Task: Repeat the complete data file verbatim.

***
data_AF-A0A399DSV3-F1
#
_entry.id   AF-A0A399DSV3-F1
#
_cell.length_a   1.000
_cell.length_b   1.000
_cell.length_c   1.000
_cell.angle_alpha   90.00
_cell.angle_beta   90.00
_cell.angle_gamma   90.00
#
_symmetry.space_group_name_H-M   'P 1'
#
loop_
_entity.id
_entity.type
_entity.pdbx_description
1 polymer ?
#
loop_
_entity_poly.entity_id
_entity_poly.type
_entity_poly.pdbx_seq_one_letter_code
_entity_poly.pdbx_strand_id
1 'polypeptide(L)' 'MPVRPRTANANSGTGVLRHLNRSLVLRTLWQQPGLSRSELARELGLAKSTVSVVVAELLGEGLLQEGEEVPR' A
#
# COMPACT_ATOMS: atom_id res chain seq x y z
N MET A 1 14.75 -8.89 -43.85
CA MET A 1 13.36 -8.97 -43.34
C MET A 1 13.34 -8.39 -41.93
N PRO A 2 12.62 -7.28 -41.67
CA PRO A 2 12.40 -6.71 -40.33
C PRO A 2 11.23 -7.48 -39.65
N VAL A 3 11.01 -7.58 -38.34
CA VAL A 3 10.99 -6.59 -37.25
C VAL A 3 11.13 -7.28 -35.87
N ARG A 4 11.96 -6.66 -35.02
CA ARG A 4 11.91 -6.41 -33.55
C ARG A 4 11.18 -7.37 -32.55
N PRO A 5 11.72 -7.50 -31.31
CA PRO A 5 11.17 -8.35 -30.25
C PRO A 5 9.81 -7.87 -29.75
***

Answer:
data_AF-A0A399DSV3-F1
#
_entry.id   AF-A0A399DSV3-F1
#
_cell.length_a   1.000
_cell.length_b   1.000
_cell.length_c   1.000
_cell.angle_alpha   90.00
_cell.angle_beta   90.00
_cell.angle_gamma   90.00
#
_symmetry.space_group_name_H-M   'P 1'
#
loop_
_entity.id
_entity.type
_entity.pdbx_description
1 polymer ?
#
loop_
_entity_poly.entity_id
_entity_poly.type
_entity_poly.pdbx_seq_one_letter_code
_entity_poly.pdbx_strand_id
1 'polypeptide(L)' 'MPVRPRTANANSGTGVLRHLNRSLVLRTLWQQPGLSRSELARELGLAKSTVSVVVAELLGEGLLQEGEEVPR' A
#
# COMPACT_ATOMS: atom_id res chain seq x y z
N MET A 1 14.75 -8.89 -43.85
CA MET A 1 13.36 -8.97 -43.34
C MET A 1 13.34 -8.39 -41.93
N PRO A 2 12.62 -7.28 -41.67
CA PRO A 2 12.40 -6.71 -40.33
C PRO A 2 11.23 -7.48 -39.65
N VAL A 3 11.01 -7.58 -38.34
CA VAL A 3 10.99 -6.59 -37.25
C VAL A 3 11.13 -7.28 -35.87
N ARG A 4 11.96 -6.66 -35.02
CA ARG A 4 11.91 -6.41 -33.55
C ARG A 4 11.18 -7.37 -32.55
N PRO A 5 11.72 -7.50 -31.31
CA PRO A 5 11.17 -8.35 -30.25
C PRO A 5 9.81 -7.87 -29.75